I also kept hearing these stories that were kind of disturbing. I heard this story of this creepy old guy who was taking these younger girls out [climbing] because they wanted to climb at the Gunks and he was just a total creep. No one should feel like they have to climb with someone that they don’t feel safe with. I really feel like there’s a need to connect these people with safe and respectful climbers who can teach them something and empower them to do it themselves.

It seems that wanting to make sure women have partners they feel comfortable with is important to you. Do you think there’s anything the outdoor community at large or the average climber could do to support that?

I definitely think that it’s heading in the right direction. I feel like, personally, anyone who’s climbing with a woman can just help by being encouraging. My mentorship group has a lot of girls climbing with men who are stronger than them, and it’s hard for them to get psyched on leading. They’re like, ‘Why would I lead this? I’m going to be scared, I’m going to hang dog—they’re going to do it in half the time and they’re happy to do it’. So just being encouraging and making sure they know that you’re happy to belay them, no matter how long it takes. And telling them, ‘You could lead that’, because that’s what helped me.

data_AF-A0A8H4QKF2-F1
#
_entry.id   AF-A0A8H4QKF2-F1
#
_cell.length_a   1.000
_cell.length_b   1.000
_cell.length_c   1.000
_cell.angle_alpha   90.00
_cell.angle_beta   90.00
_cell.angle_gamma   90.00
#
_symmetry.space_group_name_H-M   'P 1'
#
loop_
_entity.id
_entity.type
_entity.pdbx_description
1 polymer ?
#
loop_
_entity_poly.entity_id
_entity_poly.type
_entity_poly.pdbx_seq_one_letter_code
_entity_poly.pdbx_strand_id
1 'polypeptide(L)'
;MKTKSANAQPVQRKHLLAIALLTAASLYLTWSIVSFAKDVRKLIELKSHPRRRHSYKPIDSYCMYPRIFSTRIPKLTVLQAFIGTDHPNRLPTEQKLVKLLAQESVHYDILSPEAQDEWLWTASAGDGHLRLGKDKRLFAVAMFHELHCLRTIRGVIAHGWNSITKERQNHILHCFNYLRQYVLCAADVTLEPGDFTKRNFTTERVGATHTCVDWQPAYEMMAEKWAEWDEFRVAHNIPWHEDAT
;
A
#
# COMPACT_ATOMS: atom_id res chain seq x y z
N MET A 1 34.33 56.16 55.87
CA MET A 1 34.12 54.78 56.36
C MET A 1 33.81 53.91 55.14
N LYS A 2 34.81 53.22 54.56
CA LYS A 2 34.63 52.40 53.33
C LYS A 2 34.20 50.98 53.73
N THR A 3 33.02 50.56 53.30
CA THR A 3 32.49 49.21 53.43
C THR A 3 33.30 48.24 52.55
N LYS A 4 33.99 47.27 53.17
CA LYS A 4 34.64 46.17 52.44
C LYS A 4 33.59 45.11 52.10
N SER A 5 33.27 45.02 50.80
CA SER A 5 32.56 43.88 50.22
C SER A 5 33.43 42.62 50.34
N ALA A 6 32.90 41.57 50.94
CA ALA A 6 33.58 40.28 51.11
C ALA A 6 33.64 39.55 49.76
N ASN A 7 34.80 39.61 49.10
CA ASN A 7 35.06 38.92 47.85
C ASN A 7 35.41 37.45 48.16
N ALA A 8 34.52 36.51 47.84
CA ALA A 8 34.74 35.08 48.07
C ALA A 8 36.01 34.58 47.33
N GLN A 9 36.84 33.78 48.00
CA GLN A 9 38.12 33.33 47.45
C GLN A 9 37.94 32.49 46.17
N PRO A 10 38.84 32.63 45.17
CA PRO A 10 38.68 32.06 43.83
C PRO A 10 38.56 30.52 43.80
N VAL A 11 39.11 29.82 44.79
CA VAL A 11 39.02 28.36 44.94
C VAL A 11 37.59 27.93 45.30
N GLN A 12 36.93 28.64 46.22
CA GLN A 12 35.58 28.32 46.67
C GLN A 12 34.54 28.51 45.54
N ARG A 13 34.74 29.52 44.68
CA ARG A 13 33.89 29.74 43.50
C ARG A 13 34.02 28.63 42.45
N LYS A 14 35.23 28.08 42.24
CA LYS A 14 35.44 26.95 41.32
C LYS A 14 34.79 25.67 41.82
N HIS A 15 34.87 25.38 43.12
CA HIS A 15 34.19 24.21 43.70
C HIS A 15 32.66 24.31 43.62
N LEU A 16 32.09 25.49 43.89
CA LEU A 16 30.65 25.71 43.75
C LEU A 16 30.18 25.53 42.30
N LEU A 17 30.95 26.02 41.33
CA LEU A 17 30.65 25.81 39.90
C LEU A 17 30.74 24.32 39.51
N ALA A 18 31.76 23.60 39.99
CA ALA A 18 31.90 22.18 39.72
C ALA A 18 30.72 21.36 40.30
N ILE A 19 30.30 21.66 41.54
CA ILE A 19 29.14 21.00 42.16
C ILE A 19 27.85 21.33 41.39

Where did the idea of making a climbing board game come from, and what are your plans for it?

It started a long time ago—Bob and I were talking about how we wanted to make baseball cards for climbing partners. Because you’re always like, ‘Oh, I can’t climb, but you could try my friend so and so’, but you want to give them some information about them. Like, ‘Hey, they’re kind of annoying, but they bring really good snacks’.

Then one night I was playing board games with a bunch of climbers and I remembered that baseball card idea. It just kind of clicked. The basic idea of the game is to climb pitches and needing resources. It’s been a really fun design problem. It’s also a nice excuse to get together with people.

I eventually want to do a Kickstarter and do a small run: maybe sell it in a couple stores and gyms. I actually started selling climbing-themed Christmas cards, and I hope to expand that and start establishing some relationships with more stores so that I can have some contacts where they can sell the game. Over the past couple of years, I’ve really enjoyed projects that are more intense and long term than just is like, ‘Oh, here’s a funny drawing’.

Last question: what do you love about the outdoors?

I think [being outdoors is] one of the few things that really clears my mind. I’m not good at being present; I’m always thinking of something else. When I’m climbing or mountain biking or cycling I feel like I get into the flow state, which feels so amazing, and I think that’s the best way for me to deal with stress.

You can have these really incredible experiences in very unexpected areas. You get to go to some amazing places and form relationships—you become much closer to people in a shorter [amount of time]. You have these bonds that are hard to explain.

This interview has been trimmed and edited to fit this format. If you would like to access the unedited interview audio and unposted photography, see my Patreon page.